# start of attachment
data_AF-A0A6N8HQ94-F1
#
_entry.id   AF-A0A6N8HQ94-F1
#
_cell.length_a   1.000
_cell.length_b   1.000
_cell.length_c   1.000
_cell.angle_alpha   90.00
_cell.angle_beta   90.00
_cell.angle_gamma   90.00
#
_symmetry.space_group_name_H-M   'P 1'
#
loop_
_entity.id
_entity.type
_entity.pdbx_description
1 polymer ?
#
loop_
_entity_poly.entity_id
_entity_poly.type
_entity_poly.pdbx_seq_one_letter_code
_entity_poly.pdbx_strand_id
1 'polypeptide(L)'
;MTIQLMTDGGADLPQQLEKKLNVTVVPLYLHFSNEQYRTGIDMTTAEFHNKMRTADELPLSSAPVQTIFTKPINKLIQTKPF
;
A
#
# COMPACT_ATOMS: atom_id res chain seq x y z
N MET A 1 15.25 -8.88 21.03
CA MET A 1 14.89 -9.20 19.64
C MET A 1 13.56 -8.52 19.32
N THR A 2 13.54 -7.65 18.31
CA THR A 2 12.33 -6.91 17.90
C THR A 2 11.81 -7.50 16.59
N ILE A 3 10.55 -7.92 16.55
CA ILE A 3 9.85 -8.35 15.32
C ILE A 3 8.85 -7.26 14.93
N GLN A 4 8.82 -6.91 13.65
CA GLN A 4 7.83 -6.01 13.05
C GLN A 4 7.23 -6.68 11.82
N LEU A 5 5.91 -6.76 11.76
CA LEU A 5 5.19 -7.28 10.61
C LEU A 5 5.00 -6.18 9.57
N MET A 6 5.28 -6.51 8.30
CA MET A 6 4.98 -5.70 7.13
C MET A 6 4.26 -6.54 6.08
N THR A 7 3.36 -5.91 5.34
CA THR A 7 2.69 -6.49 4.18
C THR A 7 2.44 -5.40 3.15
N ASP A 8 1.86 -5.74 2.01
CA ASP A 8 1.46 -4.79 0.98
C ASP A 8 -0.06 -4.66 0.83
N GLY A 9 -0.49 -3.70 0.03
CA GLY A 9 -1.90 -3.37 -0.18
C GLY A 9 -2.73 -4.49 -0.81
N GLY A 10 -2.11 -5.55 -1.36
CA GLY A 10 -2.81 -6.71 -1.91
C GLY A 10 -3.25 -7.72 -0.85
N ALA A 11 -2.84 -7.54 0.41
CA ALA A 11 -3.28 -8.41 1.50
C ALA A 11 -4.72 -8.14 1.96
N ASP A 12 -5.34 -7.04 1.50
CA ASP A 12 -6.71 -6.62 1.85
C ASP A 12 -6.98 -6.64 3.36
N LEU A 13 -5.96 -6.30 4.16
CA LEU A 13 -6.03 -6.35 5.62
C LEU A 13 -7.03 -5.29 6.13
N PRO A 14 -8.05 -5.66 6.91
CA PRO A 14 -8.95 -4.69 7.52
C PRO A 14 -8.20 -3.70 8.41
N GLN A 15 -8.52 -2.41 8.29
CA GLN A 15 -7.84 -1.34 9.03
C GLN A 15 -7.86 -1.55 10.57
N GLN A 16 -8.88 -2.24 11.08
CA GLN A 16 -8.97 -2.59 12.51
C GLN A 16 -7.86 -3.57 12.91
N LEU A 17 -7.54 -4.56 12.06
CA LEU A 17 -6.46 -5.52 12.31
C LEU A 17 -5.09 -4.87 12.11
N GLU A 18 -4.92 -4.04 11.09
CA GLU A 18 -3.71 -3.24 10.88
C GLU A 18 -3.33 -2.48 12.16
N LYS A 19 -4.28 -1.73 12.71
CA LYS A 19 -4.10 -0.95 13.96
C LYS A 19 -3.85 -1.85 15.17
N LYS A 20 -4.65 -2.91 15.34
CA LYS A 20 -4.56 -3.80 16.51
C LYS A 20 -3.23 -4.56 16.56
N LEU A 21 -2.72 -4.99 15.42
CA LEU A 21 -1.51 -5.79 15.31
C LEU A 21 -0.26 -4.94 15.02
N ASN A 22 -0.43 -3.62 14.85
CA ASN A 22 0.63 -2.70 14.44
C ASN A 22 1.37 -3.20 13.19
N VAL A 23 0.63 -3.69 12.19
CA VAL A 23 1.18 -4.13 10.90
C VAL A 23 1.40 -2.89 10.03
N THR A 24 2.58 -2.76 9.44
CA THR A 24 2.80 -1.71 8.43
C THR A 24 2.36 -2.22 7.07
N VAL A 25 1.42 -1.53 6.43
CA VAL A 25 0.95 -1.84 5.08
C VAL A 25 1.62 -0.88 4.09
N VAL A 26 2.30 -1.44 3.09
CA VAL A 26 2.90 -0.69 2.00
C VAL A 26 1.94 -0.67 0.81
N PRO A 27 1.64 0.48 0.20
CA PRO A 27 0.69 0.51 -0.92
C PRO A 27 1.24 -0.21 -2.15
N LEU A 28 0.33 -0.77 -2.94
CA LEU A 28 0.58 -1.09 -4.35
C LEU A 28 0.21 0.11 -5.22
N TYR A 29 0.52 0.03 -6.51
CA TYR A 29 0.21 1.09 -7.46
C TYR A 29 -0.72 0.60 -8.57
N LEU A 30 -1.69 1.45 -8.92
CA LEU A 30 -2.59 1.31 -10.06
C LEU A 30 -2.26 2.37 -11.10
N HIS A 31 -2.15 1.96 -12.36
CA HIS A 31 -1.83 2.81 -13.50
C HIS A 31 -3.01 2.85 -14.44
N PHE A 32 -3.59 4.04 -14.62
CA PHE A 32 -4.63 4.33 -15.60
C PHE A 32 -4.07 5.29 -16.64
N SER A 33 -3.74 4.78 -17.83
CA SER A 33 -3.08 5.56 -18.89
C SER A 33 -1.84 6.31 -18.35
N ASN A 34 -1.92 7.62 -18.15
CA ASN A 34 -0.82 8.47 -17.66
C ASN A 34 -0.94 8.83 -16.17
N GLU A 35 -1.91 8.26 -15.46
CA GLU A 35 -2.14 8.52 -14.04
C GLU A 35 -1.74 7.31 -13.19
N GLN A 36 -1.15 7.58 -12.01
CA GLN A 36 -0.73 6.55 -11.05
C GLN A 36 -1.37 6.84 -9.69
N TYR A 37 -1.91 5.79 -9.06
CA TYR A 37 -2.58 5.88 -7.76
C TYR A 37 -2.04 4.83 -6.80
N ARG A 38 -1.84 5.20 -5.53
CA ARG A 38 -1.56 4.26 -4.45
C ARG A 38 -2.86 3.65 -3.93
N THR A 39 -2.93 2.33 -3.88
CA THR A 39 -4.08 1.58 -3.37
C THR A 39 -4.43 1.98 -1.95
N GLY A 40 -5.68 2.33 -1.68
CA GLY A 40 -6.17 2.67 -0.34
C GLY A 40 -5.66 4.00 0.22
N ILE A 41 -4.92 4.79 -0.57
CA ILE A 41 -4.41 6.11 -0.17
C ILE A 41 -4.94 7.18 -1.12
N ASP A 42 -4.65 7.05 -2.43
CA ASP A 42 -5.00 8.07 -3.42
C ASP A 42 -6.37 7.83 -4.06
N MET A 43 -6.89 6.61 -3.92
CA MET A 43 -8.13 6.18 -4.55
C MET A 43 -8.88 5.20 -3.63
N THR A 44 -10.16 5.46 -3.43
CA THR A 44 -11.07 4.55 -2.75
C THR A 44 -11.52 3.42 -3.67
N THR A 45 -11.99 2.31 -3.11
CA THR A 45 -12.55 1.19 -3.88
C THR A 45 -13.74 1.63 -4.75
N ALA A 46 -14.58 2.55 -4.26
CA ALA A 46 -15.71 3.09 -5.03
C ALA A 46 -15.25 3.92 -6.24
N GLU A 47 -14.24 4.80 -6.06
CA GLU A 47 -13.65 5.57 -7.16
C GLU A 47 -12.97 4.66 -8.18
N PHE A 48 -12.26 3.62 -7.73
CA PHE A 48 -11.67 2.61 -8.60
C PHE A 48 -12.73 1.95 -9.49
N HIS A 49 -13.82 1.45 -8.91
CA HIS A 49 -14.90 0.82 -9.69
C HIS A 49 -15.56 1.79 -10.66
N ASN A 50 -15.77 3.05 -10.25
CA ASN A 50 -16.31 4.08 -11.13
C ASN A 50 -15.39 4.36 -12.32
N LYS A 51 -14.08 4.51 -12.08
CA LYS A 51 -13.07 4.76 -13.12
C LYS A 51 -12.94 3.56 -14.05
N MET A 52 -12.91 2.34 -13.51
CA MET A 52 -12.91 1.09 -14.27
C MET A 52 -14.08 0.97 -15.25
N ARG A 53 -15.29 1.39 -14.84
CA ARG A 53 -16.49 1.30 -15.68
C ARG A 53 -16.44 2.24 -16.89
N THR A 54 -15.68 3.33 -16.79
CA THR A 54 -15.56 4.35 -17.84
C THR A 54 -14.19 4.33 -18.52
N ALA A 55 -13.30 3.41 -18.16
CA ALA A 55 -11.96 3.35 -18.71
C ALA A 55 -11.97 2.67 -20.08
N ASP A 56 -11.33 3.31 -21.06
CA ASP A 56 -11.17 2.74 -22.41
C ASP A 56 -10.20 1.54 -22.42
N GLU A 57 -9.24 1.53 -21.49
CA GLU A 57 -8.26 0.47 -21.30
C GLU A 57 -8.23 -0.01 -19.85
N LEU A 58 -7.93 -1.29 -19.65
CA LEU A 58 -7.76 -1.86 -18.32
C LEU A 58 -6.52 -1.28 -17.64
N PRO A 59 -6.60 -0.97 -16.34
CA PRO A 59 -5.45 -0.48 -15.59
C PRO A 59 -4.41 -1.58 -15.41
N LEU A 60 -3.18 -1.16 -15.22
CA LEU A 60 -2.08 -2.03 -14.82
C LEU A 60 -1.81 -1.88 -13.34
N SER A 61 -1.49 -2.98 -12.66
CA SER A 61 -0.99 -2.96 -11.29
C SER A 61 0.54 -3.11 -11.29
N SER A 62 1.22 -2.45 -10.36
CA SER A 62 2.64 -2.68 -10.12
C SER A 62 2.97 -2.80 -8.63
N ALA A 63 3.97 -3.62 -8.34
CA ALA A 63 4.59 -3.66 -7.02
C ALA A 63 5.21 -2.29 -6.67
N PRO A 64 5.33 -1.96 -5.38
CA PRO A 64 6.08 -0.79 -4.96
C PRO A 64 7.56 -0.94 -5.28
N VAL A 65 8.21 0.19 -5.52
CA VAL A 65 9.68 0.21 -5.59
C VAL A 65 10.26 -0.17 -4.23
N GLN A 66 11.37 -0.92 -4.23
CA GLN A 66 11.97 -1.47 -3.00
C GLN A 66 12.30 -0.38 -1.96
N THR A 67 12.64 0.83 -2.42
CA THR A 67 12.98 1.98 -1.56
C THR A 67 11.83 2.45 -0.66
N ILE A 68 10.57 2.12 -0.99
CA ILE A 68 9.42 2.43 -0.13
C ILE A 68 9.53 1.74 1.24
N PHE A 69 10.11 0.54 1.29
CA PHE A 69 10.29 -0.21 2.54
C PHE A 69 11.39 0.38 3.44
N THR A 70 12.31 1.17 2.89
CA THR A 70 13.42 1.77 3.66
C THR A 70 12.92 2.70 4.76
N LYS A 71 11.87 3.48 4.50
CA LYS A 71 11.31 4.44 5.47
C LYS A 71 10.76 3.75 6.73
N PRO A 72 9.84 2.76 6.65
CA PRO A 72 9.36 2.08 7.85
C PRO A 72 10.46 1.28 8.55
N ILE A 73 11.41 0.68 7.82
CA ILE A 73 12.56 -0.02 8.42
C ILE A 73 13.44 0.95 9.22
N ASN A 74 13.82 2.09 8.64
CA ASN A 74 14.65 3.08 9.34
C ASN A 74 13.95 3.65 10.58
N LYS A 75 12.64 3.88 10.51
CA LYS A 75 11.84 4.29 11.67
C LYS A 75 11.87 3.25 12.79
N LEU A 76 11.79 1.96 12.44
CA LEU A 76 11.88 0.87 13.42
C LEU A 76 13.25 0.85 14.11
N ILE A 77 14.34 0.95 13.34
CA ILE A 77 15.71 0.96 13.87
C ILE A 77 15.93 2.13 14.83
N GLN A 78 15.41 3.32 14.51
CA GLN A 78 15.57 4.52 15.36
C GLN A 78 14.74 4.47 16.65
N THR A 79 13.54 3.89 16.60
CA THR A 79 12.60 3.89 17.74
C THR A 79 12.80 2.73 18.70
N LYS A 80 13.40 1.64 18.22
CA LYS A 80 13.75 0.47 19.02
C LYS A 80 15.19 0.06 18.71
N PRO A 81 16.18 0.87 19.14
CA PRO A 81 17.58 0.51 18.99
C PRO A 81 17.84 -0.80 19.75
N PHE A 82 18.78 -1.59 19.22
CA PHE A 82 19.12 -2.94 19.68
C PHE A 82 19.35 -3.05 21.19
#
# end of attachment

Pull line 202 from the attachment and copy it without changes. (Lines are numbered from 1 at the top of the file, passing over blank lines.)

N LEU A 58 -7.93 -1.29 -19.65